But in doing the bring in cash for more cash with the loan applicants, a lender could lose sight of the adequacy of the remaining balance to execute the project. The open secret is that after the loan is disbursed, borrowers use part of it to defray their indebtedness to the individuals who supported them to raise the cash-backed (collateral). Hence, they are left with insufficient funds to carry out the project, and therefore cause it to delay.

Meanwhile, the cash from the informal sources is also not captured on the Credit Bureau to provide a reliable credit history on the borrower. In situations where periodic (monthly) repayment of the loan is directly dependent on the investment returns of the project (the purpose of the loan), the borrower is unable to repay the loan until the bank advances additional funds toward remediation of the initial transaction’s pitfalls.

For instance, we can consider the case of a typical scrap-dealer who won a contract for scrap-metal from a blue-chip company and has approached his bankers for a loan facility to pay for the consignment – including hiring trucks to haul them from Bogoso (Western Region) to Tema Steel. After raising money through kpakpakpa movements to win the contract and later using a portion of the loan to settle his intermediaries, he was left with insufficient funds for the job. The underlying fact is that a banker will advance the loan based on the total contract cost and the hiring (trucks cost) while oblivious to the contract facilitation fees.

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From inference, the bank ends up ‘under-financing’ the project and then finds itself in a merry-go-round transactional relationship with the borrower when the loan account is in default. On the expiry (termination) of the loan contract, the cash-backed security is virtually insufficient to settle the total indebtedness – principal, interest and the penal (default) charges build-up on the loan -especially when there is no additional security supporting the credit agreement. At this stage, it becomes evident that the lender’s fallback position is weak and vulnerable to increasing non-performing loans.  Consequently, can we admit that the banker’s fallback (security) is a misnomer?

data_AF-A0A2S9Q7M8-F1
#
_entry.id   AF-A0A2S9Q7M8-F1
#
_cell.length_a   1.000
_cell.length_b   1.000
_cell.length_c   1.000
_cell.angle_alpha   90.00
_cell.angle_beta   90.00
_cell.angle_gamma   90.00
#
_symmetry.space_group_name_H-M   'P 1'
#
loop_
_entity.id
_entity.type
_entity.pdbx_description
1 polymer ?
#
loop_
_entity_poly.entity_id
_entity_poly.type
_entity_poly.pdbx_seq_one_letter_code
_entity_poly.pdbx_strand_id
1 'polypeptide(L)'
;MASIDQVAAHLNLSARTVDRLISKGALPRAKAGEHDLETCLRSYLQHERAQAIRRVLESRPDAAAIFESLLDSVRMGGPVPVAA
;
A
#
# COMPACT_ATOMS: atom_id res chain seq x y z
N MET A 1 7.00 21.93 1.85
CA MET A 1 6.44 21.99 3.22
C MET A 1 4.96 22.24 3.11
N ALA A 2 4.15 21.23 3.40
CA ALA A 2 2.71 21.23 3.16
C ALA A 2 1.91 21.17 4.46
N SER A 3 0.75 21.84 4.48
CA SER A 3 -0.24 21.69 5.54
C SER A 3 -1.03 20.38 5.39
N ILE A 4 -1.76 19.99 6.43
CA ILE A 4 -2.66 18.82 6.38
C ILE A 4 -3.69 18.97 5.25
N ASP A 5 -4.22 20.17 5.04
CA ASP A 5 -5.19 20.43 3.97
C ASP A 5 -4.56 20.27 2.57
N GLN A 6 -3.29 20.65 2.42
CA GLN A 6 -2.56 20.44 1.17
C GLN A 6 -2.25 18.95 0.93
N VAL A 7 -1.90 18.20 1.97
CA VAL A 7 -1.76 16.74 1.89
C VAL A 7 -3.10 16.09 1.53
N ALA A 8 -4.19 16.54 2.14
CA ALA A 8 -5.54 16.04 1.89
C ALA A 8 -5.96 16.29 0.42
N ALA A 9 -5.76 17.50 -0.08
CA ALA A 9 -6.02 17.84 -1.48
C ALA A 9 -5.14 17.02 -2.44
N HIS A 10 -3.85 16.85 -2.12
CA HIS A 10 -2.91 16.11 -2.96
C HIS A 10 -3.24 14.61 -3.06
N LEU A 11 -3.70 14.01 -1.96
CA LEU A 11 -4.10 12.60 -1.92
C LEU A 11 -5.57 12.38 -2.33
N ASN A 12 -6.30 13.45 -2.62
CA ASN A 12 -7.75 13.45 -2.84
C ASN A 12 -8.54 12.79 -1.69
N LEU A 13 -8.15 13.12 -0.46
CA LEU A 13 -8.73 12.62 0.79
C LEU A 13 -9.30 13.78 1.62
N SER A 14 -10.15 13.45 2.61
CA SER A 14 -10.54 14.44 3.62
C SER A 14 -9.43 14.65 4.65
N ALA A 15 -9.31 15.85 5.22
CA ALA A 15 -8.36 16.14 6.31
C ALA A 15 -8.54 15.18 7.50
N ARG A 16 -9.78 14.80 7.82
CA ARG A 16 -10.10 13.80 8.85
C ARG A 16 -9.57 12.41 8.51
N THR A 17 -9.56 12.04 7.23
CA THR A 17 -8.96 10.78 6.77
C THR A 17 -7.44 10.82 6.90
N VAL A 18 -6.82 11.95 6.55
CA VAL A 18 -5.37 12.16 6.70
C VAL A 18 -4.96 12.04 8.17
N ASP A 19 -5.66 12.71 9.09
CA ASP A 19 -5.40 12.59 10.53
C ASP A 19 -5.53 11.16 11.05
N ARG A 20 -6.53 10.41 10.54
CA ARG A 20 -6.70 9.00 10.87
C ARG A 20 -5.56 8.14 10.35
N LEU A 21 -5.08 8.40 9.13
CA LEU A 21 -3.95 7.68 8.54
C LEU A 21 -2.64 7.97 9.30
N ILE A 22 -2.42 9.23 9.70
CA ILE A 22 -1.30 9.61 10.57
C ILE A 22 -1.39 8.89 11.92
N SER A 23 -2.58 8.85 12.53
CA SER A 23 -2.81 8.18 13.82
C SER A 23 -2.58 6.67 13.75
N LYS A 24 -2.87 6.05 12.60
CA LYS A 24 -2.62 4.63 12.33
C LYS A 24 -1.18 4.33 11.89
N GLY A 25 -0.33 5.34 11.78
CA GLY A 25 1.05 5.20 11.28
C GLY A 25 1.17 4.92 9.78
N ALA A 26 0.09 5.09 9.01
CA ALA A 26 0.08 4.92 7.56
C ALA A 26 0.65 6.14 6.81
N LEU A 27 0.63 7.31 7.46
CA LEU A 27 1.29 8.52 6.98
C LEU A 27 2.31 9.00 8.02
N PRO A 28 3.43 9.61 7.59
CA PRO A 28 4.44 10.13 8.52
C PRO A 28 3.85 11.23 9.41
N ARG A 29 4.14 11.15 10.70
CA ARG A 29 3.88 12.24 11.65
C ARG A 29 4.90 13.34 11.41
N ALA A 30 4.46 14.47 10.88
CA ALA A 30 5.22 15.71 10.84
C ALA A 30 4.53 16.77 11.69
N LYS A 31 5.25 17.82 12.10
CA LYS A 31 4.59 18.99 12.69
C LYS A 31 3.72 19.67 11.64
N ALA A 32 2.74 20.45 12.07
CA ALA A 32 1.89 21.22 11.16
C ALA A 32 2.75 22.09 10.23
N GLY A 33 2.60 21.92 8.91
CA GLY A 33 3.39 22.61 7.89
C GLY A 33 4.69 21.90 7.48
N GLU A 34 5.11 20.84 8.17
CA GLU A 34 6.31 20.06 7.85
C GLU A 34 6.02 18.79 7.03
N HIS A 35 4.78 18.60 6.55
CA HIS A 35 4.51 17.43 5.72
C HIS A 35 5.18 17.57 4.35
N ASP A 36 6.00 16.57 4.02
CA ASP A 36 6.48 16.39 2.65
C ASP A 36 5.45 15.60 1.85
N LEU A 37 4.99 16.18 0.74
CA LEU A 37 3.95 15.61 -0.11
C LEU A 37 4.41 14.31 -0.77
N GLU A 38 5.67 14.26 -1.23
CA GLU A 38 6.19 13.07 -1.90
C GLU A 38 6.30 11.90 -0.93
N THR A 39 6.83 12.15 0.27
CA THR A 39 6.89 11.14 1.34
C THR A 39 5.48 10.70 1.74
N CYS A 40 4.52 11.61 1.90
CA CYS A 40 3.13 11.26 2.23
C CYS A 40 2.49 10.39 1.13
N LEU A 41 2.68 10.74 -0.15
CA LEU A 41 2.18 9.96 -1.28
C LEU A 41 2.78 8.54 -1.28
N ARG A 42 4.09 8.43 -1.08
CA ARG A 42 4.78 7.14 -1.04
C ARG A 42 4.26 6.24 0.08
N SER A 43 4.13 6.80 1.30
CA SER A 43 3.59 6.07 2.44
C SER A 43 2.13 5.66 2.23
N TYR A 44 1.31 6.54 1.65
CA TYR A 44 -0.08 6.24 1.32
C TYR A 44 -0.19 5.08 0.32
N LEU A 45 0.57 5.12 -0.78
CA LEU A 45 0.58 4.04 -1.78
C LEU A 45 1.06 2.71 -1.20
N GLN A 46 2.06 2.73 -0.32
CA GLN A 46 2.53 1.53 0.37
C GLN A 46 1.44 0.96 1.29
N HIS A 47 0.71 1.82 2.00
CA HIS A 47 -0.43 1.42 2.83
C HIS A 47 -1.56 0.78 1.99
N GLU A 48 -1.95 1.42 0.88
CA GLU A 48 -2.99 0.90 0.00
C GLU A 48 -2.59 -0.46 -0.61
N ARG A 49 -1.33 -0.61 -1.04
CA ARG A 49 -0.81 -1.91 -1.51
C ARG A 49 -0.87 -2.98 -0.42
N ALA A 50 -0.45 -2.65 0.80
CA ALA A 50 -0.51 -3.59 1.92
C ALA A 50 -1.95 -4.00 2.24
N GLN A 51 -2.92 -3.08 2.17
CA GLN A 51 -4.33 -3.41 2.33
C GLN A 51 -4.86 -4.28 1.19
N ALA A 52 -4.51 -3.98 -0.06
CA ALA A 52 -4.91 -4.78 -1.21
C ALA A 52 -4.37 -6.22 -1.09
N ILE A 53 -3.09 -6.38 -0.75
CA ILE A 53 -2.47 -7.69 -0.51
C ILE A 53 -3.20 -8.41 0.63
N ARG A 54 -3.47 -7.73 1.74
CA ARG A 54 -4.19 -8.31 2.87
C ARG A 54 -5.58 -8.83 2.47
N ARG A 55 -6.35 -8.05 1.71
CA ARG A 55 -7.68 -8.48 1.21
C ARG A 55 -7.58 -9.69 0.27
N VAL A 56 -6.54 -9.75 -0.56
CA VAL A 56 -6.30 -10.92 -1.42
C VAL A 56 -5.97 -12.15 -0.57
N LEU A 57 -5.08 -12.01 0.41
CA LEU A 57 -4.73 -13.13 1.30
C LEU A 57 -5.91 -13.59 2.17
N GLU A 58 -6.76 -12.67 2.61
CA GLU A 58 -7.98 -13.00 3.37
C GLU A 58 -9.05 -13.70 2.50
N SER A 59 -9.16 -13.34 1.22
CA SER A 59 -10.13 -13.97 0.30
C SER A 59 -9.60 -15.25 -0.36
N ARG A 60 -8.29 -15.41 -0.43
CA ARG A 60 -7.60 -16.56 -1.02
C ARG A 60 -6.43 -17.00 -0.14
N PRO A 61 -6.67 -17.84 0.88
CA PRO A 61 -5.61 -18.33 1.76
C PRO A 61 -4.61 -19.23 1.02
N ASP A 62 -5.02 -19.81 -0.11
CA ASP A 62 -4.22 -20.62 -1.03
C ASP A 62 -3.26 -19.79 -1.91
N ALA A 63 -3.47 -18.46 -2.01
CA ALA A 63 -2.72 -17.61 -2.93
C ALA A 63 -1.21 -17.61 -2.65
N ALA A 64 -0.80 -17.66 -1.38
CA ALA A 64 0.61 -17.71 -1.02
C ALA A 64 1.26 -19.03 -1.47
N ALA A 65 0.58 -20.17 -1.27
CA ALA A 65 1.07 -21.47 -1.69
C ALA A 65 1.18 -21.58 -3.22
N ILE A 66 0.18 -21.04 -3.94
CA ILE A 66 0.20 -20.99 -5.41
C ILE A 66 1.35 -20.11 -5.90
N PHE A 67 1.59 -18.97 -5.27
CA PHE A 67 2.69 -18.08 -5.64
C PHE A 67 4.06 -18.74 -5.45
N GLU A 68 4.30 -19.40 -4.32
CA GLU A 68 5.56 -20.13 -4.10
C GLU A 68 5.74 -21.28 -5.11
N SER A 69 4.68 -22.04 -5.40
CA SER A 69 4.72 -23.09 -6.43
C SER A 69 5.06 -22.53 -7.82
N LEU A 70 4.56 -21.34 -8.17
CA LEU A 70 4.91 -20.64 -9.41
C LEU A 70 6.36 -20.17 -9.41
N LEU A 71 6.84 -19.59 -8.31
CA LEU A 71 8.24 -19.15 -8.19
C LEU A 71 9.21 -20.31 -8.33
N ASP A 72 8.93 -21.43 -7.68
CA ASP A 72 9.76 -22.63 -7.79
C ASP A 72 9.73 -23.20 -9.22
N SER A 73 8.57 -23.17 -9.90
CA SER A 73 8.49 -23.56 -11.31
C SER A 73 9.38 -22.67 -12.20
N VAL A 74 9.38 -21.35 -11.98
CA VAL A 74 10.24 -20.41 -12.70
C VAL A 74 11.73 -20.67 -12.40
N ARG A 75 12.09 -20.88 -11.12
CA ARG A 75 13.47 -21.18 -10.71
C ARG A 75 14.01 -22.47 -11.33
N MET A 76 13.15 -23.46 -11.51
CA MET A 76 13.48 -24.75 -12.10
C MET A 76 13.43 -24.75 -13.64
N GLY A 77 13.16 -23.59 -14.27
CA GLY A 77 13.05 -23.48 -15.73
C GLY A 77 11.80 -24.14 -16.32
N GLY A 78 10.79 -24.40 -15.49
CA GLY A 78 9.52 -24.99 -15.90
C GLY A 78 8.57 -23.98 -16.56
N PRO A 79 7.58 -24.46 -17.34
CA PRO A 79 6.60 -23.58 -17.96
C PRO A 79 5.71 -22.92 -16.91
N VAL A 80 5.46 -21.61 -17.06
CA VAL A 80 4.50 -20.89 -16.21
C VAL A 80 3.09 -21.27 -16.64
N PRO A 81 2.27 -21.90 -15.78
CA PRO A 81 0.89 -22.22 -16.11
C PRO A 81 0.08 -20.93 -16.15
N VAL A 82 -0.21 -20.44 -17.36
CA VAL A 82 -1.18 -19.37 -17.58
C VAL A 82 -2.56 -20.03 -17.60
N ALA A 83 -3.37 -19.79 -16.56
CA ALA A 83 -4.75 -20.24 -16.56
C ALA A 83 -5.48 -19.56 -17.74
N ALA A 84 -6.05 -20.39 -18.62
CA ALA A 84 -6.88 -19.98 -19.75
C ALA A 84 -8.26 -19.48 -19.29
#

Undercurrents

It is worth reiterating that competition in the banking sector is keen in the face of external factors (economic indicators) which have an impact on banks’ operations. As a result, deposit mobilisation exercises are increasingly putting stress on many bankers. But since deposits stimulate the lending process, the banks tend to find ways and means of mobilising more funds to sustain the business. In this regard, it has become a conventional practice for some financial institutions to adopt the wholesale strategy of cash-backed collateralisation in their credit policies.

What this means is that borrowers’ specific peculiarities are not considered, even though that should have been the case regarding other collateral options. Even when other security alternatives are thought-through, accepting them is secondary to the cash-backed security. While admitting the fact that the practice will always be on banker’s score-sheet, it is the blanket application which is worrying. On many occasions, the borrowers’ retort when requested to make the cash available has been: “If we have that much to give you as a collateral, why then approach you for the loan?

It is often said thatdesperate times call for desperate measures”. Thus, it is very convenient for the lender to use this mechanism during the loan underwriting stage when he/she is constrained and desperate for more liquidity(cash). When the borrowers, in the same vein, resort to desperate means of raising the funds by robbing Peter to pay Paul, the whole credit transaction backfires into non-performing loans with inadequate collaterals. These incidents happen when other variables necessary for prudent credit decisions are not well-considered. At this final point, would it be out place to say that cash-for-cash is indeed a misnomer – defeating its primary purpose as a fallback seat to cushion the banker’s back at the time it is most needed?

Blessed Times, God is with us. Thank You. It’s bye for now.